DAEGU, South Korea, August 30- Record holder, David Rudisha now officially sits on top of the men 800m running after a seemingly effortless 1:43.91 triumph at the Daegu Sports Stadium on Tuesday to ascend to world title.
Rudisha, survived being spiked on his left heel as the competitors scrambled to get their positions at the first curve to assume the lead before unleashing a flawless display of front running, going through the opening lap in 51.33 before closing in on the title.
“I do not know whether I will sleep tonight! I’m so happy for the victory since I was under a lot of pressure, I have never run a race under the kind of pressure I was in today but in the end, I finally made it,” Rudisha, one of the biggest attractions here in Daegu said after enjoying a rousing reception during his lap of honour.
In front of a packed stadium with 40,000 screaming supporters, the arena erupted when Rudisha, in Lane 6 was introduced and his powerful dark figure illuminated the hundreds of screens inside the stadium.
The ‘silence for the start’ sign went up and in pin drop silence, Rudisha’s date with destiny arrived.
“Being the world recorder, everybody was expecting me to win. I was very tense at the start,” he explained.
And they were off, and just after the first curve, an almighty scramble for vantage positions saw Rudisha almost become another high profile casualty of these championships that have claimed more than their fair share of big victims- women Pole vault record holder, Russian Yelena Isinbayeva and American men 400m champion, LeShawn Merritt joining the list on Tuesday.
“It was tough, my shoe almost came off and I believe that would have been the end of my chances but thanks to God, it held,” the new king of the men 800m running described.
After steadying himself, Rudisha completed the gun-to-tape victory as Sudan’s archrival and twice World Indoor champion, Abubaker Kaki (1:44.41) and Russian grand warrior of men 800m running Yuriy Borzakovskiy (1:44.49) joined him in the podium as silver and bronze winners.
“I’m so happy for my friend Rudisha and congratulations go out to him but I feel very happy too for myself for silver since I missed out on the final in Berlin and Beijing,” Kaki graciously offered.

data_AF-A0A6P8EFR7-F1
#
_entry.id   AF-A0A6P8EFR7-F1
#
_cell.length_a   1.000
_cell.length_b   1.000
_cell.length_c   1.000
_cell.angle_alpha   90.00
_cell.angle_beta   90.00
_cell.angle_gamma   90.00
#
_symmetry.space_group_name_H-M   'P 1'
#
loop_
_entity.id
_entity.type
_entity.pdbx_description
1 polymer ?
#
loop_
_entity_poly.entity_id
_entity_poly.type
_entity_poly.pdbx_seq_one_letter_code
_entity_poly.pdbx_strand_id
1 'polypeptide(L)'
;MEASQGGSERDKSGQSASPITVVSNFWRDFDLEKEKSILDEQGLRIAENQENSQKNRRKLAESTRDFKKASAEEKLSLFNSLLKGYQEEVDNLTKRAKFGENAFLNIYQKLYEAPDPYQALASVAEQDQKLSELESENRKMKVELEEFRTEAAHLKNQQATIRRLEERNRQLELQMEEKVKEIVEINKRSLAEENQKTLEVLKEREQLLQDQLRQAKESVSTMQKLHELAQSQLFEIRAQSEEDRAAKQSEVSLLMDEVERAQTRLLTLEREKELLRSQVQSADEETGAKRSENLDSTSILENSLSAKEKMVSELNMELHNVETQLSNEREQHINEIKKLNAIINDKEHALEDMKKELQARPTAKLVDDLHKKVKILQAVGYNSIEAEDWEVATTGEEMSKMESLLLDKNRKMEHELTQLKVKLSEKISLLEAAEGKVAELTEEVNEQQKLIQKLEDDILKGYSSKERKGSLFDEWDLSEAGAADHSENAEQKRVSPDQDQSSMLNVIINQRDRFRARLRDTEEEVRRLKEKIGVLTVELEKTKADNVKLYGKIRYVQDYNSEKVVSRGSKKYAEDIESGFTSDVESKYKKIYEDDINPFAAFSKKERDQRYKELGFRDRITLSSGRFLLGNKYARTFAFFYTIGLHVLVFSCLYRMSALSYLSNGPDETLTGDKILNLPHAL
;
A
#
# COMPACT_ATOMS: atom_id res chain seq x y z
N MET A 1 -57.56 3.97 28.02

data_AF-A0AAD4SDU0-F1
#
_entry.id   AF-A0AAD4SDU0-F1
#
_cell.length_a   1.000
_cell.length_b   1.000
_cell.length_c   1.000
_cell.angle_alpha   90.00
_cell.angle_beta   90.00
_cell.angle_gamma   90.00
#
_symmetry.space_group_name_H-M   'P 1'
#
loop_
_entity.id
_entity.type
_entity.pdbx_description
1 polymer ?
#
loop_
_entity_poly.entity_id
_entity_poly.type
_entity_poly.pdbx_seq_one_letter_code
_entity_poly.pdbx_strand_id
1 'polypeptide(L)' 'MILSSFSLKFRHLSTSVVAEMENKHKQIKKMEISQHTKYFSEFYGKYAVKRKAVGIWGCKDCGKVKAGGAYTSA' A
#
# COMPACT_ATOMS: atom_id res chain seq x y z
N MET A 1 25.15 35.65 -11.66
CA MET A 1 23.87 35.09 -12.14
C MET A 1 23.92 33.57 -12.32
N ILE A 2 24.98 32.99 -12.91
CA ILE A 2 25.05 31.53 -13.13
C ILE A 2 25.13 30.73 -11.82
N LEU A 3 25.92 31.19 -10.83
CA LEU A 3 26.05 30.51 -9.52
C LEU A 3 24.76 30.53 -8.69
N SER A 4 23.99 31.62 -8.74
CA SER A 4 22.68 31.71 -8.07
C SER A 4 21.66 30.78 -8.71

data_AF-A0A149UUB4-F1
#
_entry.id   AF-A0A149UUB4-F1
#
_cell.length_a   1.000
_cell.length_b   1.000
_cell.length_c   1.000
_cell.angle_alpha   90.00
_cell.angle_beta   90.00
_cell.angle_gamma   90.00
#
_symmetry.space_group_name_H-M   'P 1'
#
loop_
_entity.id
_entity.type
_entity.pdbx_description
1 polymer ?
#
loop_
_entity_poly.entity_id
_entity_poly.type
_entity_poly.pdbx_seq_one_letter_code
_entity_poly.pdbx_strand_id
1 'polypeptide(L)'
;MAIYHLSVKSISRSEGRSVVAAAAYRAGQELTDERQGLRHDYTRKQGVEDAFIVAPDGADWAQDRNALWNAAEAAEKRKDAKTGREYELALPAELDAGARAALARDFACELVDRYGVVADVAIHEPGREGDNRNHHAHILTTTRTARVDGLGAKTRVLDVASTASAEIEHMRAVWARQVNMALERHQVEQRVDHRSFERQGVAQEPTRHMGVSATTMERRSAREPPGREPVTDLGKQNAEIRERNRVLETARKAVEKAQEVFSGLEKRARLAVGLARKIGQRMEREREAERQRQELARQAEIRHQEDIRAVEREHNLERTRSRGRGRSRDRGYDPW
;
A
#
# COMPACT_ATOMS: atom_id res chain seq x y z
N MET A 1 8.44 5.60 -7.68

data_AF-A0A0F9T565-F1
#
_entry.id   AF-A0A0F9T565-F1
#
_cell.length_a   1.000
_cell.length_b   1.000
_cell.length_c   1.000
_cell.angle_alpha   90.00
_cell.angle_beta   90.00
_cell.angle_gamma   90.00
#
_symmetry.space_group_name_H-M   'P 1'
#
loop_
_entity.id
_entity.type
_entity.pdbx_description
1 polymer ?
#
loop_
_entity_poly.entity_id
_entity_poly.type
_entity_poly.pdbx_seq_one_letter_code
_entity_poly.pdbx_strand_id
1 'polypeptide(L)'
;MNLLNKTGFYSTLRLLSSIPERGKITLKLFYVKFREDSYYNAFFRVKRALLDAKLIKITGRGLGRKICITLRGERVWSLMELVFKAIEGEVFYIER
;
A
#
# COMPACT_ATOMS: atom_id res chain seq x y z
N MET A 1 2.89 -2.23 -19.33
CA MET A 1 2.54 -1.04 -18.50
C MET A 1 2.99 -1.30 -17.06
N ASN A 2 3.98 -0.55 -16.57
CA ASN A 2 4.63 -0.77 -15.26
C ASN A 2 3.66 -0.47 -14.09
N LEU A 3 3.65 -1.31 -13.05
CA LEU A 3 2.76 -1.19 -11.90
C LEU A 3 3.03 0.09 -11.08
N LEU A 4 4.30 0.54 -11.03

Berlin and Olympics silver winner, Alfred Kirwa (1:45.83), the other Kenyan in the final who stood atop of the world in Osaka 2007, just avoided the wooden spoon but despite his first podium failure in a final, he was only too glad to accompany the new champion on his lap of honour.
“It was not my day today. Everything was okay before the race but I really struggled in the final but I’m pleased I got to the final. The start of the race was too fast for my liking and now, I will go back and prepare for next year’s Olympics since this year has ended with nothing for me,” the African silver winner stated.
“But surely, today was all about Rudisha. I told him this morning that his moment had come and he is so strong now. I believe he will break the world record again in Rieti and he can do 1:40 if he gets a good pacemaker,” Kirwa added.
Further down the field,Poland’s Marcin Lewandowski (1:44.80) and America’s Nick Symmonds (1:45.12) came in fourth and fifth as the latter paid his tributes to the new king.
“I wish I have the tools he has to have the ability to run from the front like he did and get away from the traffic. I’m fifth in the world but we do not train to be there, my aim was to win a medal and I was blocked on the inside. To win a medal, you have to avoid that,” the American hopeful expressed.
For the Masai high Moran however, the party will be kept on hold as he still has business to take care off.
“First there is the conclusion of the Diamond League and then I can think of how I’m going to celebrate but today, this was for my family (daughter Charlene and spouse Lizzy), my fans and all Kenyans,” Rudisha summed.
– Mutwiri Mutuota is reporting for Capital Sport from Daegu, South Korea